As mentioned in last month's International Financial Law Review (see page 56) a parliamentary committee has suggested a wide-ranging reform of the Companies Act, in particular proposing rules allowing companies to repurchase their own shares.
Another feature of general interest in the proposal refers to rules on the transferability of shares. Under the Companies Act, shares are freely transferable, with one exception: a company can, in its articles of association, include a provision on the right of preemption. A share purchaser is thereby under obligation to offer the shares he has acquired to the shareholders of the company. These are then entitled to purchase the shares, generally at a price equal to the price paid by the purchaser offering the shares. The shares offered are generally split among the shareholders opting for preemption in proportion to their previous shareholdings.
In shareholder agreements between shareholders of tightly held companies, the preemption clause in the articles of association is often reinforced by a right of first refusal, whereby a shareholder wishing to sell shares is under an obligation to offer the shares to his or her fellow shareholders before selling them.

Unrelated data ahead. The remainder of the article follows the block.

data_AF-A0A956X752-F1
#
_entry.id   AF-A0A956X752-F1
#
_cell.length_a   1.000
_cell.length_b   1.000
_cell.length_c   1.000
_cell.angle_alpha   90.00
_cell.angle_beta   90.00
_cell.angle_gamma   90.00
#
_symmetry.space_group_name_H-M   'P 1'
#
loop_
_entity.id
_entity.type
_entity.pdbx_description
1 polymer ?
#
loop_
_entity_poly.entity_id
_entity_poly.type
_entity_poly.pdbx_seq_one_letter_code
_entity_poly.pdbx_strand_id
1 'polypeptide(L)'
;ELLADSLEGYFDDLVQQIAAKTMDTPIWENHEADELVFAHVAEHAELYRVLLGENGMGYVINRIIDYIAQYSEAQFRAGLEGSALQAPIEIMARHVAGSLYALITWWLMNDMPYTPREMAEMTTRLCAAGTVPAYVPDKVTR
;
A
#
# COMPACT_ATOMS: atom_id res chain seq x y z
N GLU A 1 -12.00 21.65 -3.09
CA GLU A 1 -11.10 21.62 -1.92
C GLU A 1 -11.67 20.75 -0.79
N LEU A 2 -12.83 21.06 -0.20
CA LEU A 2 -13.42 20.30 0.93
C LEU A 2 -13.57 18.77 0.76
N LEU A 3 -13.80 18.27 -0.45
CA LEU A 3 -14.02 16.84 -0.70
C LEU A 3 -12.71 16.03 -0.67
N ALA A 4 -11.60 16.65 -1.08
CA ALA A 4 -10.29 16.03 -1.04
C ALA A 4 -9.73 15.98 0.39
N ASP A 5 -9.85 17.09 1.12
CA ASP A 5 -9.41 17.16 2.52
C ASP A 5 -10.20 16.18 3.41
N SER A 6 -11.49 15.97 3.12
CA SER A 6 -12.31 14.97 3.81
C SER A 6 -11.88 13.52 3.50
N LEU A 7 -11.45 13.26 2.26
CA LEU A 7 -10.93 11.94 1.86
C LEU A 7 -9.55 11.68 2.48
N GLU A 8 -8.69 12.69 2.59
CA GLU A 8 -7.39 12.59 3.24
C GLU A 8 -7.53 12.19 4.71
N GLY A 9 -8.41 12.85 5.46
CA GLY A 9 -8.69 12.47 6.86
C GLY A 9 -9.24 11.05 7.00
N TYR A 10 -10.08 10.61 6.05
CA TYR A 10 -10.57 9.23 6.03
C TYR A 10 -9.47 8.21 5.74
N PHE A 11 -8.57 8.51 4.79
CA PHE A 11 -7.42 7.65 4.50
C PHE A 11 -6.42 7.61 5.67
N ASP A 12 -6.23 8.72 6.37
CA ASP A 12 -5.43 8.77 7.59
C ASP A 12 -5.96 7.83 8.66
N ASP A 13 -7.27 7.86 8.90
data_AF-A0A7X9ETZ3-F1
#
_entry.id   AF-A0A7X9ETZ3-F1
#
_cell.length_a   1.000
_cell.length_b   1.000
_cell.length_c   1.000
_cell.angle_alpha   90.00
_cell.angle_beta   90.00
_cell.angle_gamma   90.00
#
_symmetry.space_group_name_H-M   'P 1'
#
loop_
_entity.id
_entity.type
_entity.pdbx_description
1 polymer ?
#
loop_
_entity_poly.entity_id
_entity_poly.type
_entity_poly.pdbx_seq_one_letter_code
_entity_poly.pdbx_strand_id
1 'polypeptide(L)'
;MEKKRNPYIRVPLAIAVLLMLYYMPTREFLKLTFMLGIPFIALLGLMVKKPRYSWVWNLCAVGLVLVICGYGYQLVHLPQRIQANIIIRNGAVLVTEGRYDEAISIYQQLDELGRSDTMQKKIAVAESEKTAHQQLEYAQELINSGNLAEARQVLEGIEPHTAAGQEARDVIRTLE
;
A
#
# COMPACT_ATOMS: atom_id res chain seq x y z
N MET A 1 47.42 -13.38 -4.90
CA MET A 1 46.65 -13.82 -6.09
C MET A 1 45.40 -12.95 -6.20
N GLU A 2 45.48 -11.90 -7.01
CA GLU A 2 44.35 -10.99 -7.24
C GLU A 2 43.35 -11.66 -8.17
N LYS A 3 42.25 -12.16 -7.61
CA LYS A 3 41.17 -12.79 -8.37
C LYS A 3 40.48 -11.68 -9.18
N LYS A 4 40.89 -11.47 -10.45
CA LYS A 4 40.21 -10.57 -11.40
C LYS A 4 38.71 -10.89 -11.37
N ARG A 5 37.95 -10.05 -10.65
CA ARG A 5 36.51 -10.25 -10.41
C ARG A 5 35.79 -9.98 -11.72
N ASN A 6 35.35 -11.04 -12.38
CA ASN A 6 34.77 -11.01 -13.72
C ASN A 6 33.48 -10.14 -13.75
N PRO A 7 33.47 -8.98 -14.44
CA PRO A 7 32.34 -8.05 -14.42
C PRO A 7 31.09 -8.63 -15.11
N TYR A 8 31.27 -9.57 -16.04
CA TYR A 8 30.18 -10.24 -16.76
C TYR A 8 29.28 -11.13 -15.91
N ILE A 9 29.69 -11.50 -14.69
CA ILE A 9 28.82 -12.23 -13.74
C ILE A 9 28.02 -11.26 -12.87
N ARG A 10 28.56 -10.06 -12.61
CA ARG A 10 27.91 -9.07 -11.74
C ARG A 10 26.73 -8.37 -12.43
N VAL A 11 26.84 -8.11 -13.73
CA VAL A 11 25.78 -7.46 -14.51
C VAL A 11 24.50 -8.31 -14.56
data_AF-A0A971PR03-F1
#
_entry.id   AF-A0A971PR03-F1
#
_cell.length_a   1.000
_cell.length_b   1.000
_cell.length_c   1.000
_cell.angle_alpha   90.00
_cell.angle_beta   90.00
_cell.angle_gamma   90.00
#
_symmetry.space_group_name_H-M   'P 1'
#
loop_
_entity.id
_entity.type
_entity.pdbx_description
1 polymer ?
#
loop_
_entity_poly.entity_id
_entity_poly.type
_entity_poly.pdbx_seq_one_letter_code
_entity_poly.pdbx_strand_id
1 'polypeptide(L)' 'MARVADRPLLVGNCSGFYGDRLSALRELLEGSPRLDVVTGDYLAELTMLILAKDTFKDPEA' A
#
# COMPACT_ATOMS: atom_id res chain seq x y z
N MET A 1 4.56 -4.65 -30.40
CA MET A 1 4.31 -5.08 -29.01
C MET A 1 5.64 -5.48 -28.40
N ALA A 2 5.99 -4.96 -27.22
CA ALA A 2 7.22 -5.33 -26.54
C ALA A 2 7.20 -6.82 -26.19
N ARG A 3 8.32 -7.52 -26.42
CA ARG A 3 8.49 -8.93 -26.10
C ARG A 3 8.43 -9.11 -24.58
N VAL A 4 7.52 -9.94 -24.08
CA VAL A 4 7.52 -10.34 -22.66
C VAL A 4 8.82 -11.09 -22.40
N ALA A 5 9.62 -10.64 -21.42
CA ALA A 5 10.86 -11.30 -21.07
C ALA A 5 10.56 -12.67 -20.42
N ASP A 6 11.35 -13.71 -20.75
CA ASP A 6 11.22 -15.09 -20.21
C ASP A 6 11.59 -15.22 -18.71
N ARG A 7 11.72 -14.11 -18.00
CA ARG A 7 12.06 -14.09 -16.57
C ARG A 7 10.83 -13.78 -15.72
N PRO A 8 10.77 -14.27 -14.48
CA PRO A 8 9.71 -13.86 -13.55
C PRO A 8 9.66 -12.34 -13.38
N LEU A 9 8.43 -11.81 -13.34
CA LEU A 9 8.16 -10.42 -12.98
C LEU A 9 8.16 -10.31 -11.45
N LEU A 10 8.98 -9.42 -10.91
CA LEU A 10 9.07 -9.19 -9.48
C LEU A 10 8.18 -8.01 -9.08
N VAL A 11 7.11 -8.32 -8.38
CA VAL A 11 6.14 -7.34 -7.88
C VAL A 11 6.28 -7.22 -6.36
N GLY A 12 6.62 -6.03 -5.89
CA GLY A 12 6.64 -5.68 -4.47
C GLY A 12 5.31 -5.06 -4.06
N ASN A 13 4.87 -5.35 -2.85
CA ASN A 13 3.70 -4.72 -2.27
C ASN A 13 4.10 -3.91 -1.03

The committee now proposes that a right of first refusal be optionally included in the articles of association. In respect of private companies, the committee has gone a step further and has proposed that clauses making the sale of shares subject to shareholder consent be allowed in the articles of association.
The new rules, if implemented, would come into force on January 1 1999.